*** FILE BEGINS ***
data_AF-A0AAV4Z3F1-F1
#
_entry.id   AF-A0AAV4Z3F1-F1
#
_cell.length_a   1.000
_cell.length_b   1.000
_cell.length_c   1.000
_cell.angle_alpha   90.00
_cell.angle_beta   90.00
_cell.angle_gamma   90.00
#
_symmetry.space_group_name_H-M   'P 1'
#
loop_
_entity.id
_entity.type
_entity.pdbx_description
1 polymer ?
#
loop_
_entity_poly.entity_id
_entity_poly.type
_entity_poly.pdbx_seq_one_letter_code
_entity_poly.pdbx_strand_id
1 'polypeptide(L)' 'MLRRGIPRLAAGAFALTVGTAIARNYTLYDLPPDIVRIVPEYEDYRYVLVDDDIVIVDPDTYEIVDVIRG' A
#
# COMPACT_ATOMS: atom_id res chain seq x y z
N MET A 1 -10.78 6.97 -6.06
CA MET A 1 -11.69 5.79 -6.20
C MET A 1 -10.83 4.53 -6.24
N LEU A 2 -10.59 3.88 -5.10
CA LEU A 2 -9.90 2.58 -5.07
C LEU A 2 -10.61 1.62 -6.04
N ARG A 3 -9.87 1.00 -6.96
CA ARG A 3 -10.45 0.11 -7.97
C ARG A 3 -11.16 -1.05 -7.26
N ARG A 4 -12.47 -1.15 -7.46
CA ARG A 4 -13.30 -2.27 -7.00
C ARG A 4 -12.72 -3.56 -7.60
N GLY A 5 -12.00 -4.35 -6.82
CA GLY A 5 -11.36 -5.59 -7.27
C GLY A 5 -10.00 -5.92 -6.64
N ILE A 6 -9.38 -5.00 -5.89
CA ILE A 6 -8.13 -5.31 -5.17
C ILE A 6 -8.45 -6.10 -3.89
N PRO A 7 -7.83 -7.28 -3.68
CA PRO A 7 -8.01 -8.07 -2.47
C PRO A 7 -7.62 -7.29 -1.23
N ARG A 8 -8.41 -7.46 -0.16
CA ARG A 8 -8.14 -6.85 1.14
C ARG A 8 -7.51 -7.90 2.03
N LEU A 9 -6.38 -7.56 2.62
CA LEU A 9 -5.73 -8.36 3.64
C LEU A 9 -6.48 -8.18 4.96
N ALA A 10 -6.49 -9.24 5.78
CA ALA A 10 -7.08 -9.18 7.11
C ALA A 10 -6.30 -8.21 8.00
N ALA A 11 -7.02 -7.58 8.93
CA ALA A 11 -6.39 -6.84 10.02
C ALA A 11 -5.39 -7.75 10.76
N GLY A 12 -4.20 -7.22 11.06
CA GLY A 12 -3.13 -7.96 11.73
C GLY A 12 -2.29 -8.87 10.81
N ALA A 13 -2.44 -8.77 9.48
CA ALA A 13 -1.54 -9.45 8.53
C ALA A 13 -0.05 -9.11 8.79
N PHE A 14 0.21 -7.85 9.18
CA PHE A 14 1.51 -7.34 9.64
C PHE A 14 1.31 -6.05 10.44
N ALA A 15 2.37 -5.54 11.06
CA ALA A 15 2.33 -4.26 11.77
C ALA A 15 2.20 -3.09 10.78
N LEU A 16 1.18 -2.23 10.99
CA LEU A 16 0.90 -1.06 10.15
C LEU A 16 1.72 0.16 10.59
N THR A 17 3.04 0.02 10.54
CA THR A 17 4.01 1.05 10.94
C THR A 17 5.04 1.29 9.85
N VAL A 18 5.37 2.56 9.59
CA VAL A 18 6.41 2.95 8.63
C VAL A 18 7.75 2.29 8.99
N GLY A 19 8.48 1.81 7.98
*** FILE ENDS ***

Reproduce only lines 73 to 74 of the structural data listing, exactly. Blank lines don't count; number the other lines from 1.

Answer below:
N LEU A 16 1.18 -2.23 10.99
CA LEU A 16 0.90 -1.06 10.15